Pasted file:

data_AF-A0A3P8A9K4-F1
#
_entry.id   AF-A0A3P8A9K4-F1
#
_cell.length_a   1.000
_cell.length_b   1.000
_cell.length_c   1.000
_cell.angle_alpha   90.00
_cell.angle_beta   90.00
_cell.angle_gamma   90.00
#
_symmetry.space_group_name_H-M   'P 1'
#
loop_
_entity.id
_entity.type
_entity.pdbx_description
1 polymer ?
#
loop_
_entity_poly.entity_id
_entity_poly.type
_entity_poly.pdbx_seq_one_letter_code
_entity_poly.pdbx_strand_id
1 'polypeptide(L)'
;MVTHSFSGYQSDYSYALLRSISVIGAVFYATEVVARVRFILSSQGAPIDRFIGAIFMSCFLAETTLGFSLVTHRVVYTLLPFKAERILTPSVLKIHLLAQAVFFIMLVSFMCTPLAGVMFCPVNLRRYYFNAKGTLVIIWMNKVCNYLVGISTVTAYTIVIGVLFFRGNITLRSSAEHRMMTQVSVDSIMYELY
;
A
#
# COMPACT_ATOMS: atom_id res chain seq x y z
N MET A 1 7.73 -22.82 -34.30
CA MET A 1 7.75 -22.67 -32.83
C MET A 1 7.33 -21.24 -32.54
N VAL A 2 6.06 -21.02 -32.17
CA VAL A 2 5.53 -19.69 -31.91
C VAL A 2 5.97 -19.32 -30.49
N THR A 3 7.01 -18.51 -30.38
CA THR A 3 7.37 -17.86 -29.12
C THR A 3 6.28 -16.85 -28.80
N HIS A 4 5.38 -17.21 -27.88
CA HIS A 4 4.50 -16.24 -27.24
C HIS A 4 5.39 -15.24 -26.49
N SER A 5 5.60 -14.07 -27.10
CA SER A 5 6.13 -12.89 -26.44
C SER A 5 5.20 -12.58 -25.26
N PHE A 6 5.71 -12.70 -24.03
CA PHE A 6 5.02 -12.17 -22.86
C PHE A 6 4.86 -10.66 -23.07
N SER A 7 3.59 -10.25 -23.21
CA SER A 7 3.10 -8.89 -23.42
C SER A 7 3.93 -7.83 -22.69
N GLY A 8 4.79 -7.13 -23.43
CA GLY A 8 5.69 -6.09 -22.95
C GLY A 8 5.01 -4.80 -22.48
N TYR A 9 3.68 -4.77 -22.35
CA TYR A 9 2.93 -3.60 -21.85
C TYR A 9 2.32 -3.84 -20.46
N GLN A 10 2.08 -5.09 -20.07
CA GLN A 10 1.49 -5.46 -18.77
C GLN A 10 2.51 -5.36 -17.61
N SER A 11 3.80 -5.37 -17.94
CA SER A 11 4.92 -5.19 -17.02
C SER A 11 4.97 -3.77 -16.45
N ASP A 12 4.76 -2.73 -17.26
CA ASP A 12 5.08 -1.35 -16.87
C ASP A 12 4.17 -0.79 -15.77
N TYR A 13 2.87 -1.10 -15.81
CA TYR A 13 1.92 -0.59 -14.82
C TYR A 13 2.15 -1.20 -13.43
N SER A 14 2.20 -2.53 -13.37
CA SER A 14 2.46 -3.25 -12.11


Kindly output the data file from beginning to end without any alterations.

data_AF-A0A3P8A9K4-F1
#
_entry.id   AF-A0A3P8A9K4-F1
#
_cell.length_a   1.000
_cell.length_b   1.000
_cell.length_c   1.000
_cell.angle_alpha   90.00
_cell.angle_beta   90.00
_cell.angle_gamma   90.00
#
_symmetry.space_group_name_H-M   'P 1'
#
loop_
_entity.id
_entity.type
_entity.pdbx_description
1 polymer ?
#
loop_
_entity_poly.entity_id
_entity_poly.type
_entity_poly.pdbx_seq_one_letter_code
_entity_poly.pdbx_strand_id
1 'polypeptide(L)'
;MVTHSFSGYQSDYSYALLRSISVIGAVFYATEVVARVRFILSSQGAPIDRFIGAIFMSCFLAETTLGFSLVTHRVVYTLLPFKAERILTPSVLKIHLLAQAVFFIMLVSFMCTPLAGVMFCPVNLRRYYFNAKGTLVIIWMNKVCNYLVGISTVTAYTIVIGVLFFRGNITLRSSAEHRMMTQVSVDSIMYELY
;
A
#
# COMPACT_ATOMS: atom_id res chain seq x y z
N MET A 1 7.73 -22.82 -34.30
CA MET A 1 7.75 -22.67 -32.83
C MET A 1 7.33 -21.24 -32.54
N VAL A 2 6.06 -21.02 -32.17
CA VAL A 2 5.53 -19.69 -31.91
C VAL A 2 5.97 -19.32 -30.49
N THR A 3 7.01 -18.51 -30.38
CA THR A 3 7.37 -17.86 -29.12
C THR A 3 6.28 -16.85 -28.80
N HIS A 4 5.38 -17.21 -27.88
CA HIS A 4 4.50 -16.24 -27.24
C HIS A 4 5.39 -15.24 -26.49
N SER A 5 5.60 -14.07 -27.10
CA SER A 5 6.13 -12.89 -26.44
C SER A 5 5.20 -12.58 -25.26
N PHE A 6 5.71 -12.70 -24.03
CA PHE A 6 5.02 -12.17 -22.86
C PHE A 6 4.86 -10.66 -23.07
N SER A 7 3.59 -10.25 -23.21
CA SER A 7 3.10 -8.89 -23.42
C SER A 7 3.93 -7.83 -22.69
N GLY A 8 4.79 -7.13 -23.43
CA GLY A 8 5.69 -6.09 -22.95
C GLY A 8 5.01 -4.80 -22.48
N TYR A 9 3.68 -4.77 -22.35
CA TYR A 9 2.93 -3.60 -21.85
C TYR A 9 2.32 -3.84 -20.46
N GLN A 10 2.08 -5.09 -20.07
CA GLN A 10 1.49 -5.46 -18.77
C GLN A 10 2.51 -5.36 -17.61
N SER A 11 3.80 -5.37 -17.94
CA SER A 11 4.92 -5.19 -17.02
C SER A 11 4.97 -3.77 -16.45
N ASP A 12 4.76 -2.73 -17.26
CA ASP A 12 5.08 -1.35 -16.87
C ASP A 12 4.17 -0.79 -15.77
N TYR A 13 2.87 -1.10 -15.81
CA TYR A 13 1.92 -0.59 -14.82
C TYR A 13 2.15 -1.20 -13.43
N SER A 14 2.20 -2.53 -13.37
CA SER A 14 2.46 -3.25 -12.11